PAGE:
Or in this case, the private parts.
From Antiquity and well into the late eighteenth century, humoralist modes of anderstanding dominated medical practice and anatomical theory. Humoralism was associated with Galen, a second-century ACE Greek physician who lived in Rome. His work was substantially influenced by his predecessor Hippocrates.
Galen held that the body was governed by a system of fluids, of “humors”: blood, phlegm, yellow bile, black bile. Each body had a “complexion” that was specific to the individual–and reflected a greater tendency toward one of the four humors. Men had a humoral complexion that tended toward “hot and dry.” Women considered humorally “cold and wet.” They were also seen as defective version of a more perfect male body.
Because a man’s body was hotter, his reproductive organs stayed more comfortably outside his body. Colder, female reproductive organs were instead tucked inside the body to maintain warmth. The vagina was therefore often represented an inverted penis and the ovaries as “female testicles” or “stones” in early medical illustrations.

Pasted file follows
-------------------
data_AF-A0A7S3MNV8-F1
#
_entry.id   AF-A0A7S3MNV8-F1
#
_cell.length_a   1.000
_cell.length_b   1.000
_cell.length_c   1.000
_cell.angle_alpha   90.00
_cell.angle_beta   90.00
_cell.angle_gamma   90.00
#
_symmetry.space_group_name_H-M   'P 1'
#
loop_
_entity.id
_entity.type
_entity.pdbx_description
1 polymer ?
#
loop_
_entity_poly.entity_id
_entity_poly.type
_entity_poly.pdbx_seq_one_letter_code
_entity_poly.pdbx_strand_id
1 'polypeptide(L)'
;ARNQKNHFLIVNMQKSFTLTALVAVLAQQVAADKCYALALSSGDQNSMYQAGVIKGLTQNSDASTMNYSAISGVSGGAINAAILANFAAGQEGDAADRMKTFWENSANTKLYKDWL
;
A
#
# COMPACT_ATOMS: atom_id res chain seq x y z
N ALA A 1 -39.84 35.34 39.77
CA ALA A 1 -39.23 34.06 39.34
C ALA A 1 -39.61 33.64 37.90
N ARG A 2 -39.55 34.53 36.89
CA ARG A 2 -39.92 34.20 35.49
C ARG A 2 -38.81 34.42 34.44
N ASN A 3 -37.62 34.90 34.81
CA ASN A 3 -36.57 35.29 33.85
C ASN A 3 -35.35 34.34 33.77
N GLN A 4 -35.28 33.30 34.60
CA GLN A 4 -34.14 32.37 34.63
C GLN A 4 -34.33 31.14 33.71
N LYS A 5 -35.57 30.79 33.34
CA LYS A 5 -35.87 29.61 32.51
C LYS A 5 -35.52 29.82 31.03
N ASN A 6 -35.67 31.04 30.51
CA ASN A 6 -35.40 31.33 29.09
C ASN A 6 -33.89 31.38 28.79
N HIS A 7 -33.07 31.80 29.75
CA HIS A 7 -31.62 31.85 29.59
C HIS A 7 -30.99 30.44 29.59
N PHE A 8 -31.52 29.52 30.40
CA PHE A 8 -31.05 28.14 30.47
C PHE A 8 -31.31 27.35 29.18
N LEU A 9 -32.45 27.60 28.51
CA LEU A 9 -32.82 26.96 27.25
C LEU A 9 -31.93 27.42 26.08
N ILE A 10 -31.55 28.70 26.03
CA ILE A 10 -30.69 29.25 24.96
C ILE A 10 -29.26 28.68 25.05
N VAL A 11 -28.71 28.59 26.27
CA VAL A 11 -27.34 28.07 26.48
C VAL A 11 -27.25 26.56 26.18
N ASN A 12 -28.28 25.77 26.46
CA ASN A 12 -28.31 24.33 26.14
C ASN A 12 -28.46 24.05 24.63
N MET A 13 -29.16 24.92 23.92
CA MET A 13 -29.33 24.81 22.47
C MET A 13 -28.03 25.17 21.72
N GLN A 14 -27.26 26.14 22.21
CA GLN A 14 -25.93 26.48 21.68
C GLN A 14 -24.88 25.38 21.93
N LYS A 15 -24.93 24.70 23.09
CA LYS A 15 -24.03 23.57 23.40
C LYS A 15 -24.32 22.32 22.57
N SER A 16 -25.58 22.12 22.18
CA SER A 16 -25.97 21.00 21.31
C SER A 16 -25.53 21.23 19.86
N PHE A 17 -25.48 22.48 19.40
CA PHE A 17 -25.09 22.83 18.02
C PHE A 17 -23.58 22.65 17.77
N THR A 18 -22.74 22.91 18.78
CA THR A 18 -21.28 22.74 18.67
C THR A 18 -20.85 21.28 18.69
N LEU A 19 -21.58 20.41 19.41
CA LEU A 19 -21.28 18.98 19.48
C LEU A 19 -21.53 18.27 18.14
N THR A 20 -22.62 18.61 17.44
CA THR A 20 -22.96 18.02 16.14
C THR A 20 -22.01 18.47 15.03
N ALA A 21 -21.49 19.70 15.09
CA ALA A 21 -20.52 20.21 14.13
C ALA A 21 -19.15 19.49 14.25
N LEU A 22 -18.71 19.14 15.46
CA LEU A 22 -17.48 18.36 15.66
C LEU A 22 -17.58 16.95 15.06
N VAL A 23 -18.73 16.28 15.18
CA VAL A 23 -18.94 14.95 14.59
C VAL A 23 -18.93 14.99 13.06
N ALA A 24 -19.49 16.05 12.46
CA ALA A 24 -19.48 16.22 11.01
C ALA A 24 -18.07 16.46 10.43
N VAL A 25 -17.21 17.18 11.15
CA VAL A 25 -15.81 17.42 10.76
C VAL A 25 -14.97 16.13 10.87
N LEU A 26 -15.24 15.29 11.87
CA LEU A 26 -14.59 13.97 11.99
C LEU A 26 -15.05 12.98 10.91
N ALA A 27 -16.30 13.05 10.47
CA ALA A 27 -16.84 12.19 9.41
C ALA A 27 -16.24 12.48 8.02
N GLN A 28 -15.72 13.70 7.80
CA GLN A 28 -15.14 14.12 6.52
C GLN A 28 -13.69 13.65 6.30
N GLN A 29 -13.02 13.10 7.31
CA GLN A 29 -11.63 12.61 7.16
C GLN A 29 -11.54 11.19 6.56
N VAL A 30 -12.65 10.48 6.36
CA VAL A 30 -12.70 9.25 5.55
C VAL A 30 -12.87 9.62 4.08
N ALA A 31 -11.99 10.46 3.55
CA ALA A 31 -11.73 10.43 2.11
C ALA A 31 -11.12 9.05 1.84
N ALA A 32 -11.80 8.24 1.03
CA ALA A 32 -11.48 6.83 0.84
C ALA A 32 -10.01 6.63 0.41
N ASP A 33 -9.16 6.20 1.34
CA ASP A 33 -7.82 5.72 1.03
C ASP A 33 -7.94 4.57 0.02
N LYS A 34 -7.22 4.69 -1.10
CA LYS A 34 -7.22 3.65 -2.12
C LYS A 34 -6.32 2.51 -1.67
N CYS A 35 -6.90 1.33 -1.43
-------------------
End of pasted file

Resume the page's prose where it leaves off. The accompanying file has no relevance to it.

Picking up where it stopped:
For more on humoralism and the facts of life, be sure to head over to this post.
Thomas Laqueur wrote the seminal work (I couldn’t resist) on the One-Sex Model: Making Sex: Body and Gender from the Greeks to Freud.
But academics love a good fight. And the reception of Laqueur’s book started one of the best professorial boxing matches around about whether the one-sex model was as dominant as Laqueur claimed. So be sure to take a look at these:
Image: Andreas Vesalius, De Humani corporis fabrica, 1543 (courtesy of the Wellcome Library, London).